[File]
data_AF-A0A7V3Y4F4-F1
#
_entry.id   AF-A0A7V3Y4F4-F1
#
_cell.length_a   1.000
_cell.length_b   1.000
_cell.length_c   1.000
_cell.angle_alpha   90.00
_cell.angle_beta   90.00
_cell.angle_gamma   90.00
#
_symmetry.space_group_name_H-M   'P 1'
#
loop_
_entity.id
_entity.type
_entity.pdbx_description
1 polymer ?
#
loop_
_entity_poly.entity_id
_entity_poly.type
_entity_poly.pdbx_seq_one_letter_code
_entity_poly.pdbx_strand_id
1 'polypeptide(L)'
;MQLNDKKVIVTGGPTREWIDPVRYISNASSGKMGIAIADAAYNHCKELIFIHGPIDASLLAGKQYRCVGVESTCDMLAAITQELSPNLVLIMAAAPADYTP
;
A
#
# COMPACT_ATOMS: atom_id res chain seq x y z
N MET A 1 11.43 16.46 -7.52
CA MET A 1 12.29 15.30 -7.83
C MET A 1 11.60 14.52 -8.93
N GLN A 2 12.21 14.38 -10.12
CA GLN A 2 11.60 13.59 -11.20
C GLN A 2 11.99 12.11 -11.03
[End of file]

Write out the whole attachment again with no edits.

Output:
data_AF-A0A7V3Y4F4-F1
#
_entry.id   AF-A0A7V3Y4F4-F1
#
_cell.length_a   1.000
_cell.length_b   1.000
_cell.length_c   1.000
_cell.angle_alpha   90.00
_cell.angle_beta   90.00
_cell.angle_gamma   90.00
#
_symmetry.space_group_name_H-M   'P 1'
#
loop_
_entity.id
_entity.type
_entity.pdbx_description
1 polymer ?
#
loop_
_entity_poly.entity_id
_entity_poly.type
_entity_poly.pdbx_seq_one_letter_code
_entity_poly.pdbx_strand_id
1 'polypeptide(L)'
;MQLNDKKVIVTGGPTREWIDPVRYISNASSGKMGIAIADAAYNHCKELIFIHGPIDASLLAGKQYRCVGVESTCDMLAAITQELSPNLVLIMAAAPADYTP
;
A
#
# COMPACT_ATOMS: atom_id res chain seq x y z
N MET A 1 11.43 16.46 -7.52
CA MET A 1 12.29 15.30 -7.83
C MET A 1 11.60 14.52 -8.93
N GLN A 2 12.21 14.38 -10.12
CA GLN A 2 11.60 13.59 -11.20
C GLN A 2 11.99 12.11 -11.03